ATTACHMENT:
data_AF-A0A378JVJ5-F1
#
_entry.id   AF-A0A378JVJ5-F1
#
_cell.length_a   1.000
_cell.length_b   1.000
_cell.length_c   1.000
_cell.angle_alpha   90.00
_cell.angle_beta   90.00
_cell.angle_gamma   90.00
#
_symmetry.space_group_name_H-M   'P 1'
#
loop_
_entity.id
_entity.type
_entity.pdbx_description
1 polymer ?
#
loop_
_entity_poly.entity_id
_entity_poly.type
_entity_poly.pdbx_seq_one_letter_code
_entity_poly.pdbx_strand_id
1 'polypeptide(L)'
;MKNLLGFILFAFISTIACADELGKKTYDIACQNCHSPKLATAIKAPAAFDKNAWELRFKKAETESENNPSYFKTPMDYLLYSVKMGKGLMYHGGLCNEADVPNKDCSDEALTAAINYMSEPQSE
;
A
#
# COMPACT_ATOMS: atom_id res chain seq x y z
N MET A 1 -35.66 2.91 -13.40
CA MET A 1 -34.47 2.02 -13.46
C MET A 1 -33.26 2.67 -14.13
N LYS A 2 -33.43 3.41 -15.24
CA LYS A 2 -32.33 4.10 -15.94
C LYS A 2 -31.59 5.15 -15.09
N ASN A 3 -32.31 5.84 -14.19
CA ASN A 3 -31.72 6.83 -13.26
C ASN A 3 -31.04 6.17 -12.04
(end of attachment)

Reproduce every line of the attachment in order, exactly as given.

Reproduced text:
data_AF-A0A378JVJ5-F1
#
_entry.id   AF-A0A378JVJ5-F1
#
_cell.length_a   1.000
_cell.length_b   1.000
_cell.length_c   1.000
_cell.angle_alpha   90.00
_cell.angle_beta   90.00
_cell.angle_gamma   90.00
#
_symmetry.space_group_name_H-M   'P 1'
#
loop_
_entity.id
_entity.type
_entity.pdbx_description
1 polymer ?
#
loop_
_entity_poly.entity_id
_entity_poly.type
_entity_poly.pdbx_seq_one_letter_code
_entity_poly.pdbx_strand_id
1 'polypeptide(L)'
;MKNLLGFILFAFISTIACADELGKKTYDIACQNCHSPKLATAIKAPAAFDKNAWELRFKKAETESENNPSYFKTPMDYLLYSVKMGKGLMYHGGLCNEADVPNKDCSDEALTAAINYMSEPQSE
;
A
#
# COMPACT_ATOMS: atom_id res chain seq x y z
N MET A 1 -35.66 2.91 -13.40
CA MET A 1 -34.47 2.02 -13.46
C MET A 1 -33.26 2.67 -14.13
N LYS A 2 -33.43 3.41 -15.24
CA LYS A 2 -32.33 4.10 -15.94
C LYS A 2 -31.59 5.15 -15.09
N ASN A 3 -32.31 5.84 -14.19
CA ASN A 3 -31.72 6.83 -13.26
C ASN A 3 -31.04 6.17 -12.04